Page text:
“I wrote ‘You’re A Wolf’ about four years ago,” said Church. “It’s been a while and I think that I had the idea as I was humming along and the words ‘you’re a wolf’ just kinda came out. I really liked the idea of that being the song and I thought about what it meant and tried to figure out why it registered with me.” He didn’t want to elaborate much about the meaning of the song but did acknowledge that, in addition to liking the implied message the lyrics convey, he was playing on the name of his band.

When asked about the origin of that name, Church reflected on his childhood growing up in Northern California. In a home without a television he was often reading and stumbled upon the work of Jack London, the author of the famous maritime tale, The Sea Wolf. “The name of the band comes from Jack London’s book ‘The Sea Wolf,’” he said. “I grew up in Berkeley and Jack London is from Oakland and is sort of this mythological figure in the Bay Area. I grew up with Jack London Square in Oakland and a restaurant not too far from my house that had pictures of him everywhere. He was very present in my childhood and I felt this connection to him in that way.”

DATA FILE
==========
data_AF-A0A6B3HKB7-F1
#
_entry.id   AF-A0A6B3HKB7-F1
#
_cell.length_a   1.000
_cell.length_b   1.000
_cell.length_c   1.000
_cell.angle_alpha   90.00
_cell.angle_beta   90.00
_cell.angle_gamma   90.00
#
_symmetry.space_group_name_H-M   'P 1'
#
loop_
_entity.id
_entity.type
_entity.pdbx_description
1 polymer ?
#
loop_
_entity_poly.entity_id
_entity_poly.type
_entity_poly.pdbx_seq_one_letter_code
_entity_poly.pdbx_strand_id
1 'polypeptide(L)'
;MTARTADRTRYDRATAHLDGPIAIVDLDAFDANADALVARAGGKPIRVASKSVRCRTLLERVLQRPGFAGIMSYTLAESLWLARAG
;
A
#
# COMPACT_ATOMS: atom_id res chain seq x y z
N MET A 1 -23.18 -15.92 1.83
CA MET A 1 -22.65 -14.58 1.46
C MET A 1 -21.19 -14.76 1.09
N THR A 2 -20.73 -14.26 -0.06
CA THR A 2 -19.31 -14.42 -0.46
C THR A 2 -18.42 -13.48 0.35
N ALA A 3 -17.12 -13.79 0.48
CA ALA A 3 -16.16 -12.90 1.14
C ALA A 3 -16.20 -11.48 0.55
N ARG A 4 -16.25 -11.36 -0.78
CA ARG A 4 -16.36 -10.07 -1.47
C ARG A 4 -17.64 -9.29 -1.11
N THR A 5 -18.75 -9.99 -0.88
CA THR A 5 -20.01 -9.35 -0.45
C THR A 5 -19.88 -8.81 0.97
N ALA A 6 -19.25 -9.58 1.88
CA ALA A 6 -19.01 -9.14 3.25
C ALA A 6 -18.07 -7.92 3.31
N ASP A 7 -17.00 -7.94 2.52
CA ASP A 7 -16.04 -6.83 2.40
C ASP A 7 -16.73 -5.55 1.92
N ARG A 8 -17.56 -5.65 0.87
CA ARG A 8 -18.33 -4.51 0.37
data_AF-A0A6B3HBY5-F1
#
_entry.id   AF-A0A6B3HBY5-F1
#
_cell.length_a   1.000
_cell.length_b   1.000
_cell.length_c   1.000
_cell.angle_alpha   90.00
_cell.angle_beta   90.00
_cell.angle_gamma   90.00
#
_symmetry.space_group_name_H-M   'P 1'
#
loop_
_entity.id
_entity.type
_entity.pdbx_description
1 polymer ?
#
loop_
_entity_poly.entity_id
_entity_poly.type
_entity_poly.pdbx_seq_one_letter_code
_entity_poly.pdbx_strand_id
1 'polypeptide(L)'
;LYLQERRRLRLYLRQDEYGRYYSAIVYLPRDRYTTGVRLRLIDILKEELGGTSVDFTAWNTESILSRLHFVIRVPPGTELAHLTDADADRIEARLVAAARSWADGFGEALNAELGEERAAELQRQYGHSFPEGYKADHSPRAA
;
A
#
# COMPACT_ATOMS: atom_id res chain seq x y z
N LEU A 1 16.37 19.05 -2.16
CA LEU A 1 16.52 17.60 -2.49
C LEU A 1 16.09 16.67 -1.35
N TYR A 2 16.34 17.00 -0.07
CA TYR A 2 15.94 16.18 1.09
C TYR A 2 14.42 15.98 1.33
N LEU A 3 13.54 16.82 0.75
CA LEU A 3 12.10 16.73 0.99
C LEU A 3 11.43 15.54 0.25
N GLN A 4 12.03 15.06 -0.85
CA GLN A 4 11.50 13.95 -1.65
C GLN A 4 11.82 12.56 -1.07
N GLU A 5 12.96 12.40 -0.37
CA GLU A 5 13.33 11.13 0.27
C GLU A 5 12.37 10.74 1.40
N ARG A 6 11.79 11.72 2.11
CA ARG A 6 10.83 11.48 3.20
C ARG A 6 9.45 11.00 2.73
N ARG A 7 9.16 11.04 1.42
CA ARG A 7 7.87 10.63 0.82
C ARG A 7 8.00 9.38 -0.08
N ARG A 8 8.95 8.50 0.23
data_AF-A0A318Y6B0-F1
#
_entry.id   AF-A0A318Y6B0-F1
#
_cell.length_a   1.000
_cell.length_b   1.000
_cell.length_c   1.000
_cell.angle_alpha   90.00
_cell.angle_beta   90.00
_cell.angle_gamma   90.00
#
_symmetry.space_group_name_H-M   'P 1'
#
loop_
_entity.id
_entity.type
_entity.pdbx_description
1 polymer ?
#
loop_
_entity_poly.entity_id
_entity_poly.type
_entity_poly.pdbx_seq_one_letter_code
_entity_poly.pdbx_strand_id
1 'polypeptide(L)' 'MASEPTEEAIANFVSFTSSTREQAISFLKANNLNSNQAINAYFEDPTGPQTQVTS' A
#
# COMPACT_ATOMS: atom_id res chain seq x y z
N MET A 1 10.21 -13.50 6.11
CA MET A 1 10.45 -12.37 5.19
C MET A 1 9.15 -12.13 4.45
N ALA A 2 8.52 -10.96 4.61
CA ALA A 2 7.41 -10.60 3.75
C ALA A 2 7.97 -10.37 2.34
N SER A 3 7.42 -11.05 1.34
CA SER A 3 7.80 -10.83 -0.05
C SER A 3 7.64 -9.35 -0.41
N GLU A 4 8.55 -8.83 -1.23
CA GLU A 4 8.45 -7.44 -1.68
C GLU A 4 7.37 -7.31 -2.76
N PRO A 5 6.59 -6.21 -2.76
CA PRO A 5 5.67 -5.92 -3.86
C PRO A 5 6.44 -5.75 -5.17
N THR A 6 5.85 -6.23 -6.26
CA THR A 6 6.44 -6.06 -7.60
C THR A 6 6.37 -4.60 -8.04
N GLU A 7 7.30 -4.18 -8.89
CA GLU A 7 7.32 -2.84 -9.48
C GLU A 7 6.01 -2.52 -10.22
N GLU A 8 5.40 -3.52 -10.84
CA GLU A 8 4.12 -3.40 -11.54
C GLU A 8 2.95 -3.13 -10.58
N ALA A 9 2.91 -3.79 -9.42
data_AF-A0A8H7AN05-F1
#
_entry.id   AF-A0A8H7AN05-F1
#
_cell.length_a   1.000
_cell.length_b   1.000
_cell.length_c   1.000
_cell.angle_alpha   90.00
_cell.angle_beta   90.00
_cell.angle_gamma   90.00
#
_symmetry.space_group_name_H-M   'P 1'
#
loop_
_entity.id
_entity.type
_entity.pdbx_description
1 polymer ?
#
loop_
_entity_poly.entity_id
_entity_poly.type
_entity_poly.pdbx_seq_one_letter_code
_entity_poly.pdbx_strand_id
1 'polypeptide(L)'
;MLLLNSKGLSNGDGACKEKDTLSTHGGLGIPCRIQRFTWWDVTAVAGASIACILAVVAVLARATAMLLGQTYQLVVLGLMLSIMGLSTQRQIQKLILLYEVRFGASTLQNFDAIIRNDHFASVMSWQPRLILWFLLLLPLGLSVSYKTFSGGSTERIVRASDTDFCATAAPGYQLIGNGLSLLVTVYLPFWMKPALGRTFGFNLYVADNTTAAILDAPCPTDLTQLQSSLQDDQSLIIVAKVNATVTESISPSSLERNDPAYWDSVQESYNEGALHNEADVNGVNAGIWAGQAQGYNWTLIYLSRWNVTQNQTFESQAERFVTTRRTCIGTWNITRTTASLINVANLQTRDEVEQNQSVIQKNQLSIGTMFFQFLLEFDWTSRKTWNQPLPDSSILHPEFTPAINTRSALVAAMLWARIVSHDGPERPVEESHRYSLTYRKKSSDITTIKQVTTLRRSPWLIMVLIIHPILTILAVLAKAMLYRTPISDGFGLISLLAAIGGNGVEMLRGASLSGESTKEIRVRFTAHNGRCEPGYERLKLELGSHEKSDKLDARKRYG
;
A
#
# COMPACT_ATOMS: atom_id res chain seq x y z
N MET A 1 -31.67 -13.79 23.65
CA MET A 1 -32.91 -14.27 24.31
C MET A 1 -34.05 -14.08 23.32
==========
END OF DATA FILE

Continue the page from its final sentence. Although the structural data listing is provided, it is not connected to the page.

Though Church now makes his home in Los Angeles, it was fitting that he started his first national headlining tour as Sea Wolf so close to his childhood home. “The show was about what I was hoping it would be,” he said. “We just put out our first record and we haven’t played in San Francisco very much, but there were a couple hundred people there.”

The tide seems to be changing for Church and after years of gliding below the radar of most major media he has broken through and his music is getting the notice that it deserves. Chances are it won’t be long until he is taking the next newcomer to the indie folk world under his wing and showing them the ropes.

Spectate If You Gravitate:

  • Iron & Wine
  • Band of Horses
  • Earlimart
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Who Is Timothy Dwenger

Music has always been a part of my life. It probably all started listening to old Grateful Dead, Peter Paul & Mary, and Simon & Garfunkel records that my parents had, but it wasn't long before they were taking me to concerts like Starship, Crosby, Stills & Nash, and Huey Lewis & The News. I got the bug to write about music after reviewing an Eric Clapton concert for a creative writing project in high school but didn't really take it up seriously until 2002. Since then I have published countless articles in The Marquee Magazine and done some work for Jambase.com, SPIN Magazine, and various other outlets. I started Listen Up Denver! as a way to share the music information that is constantly spilling out of my head with people who care. Please enjoy!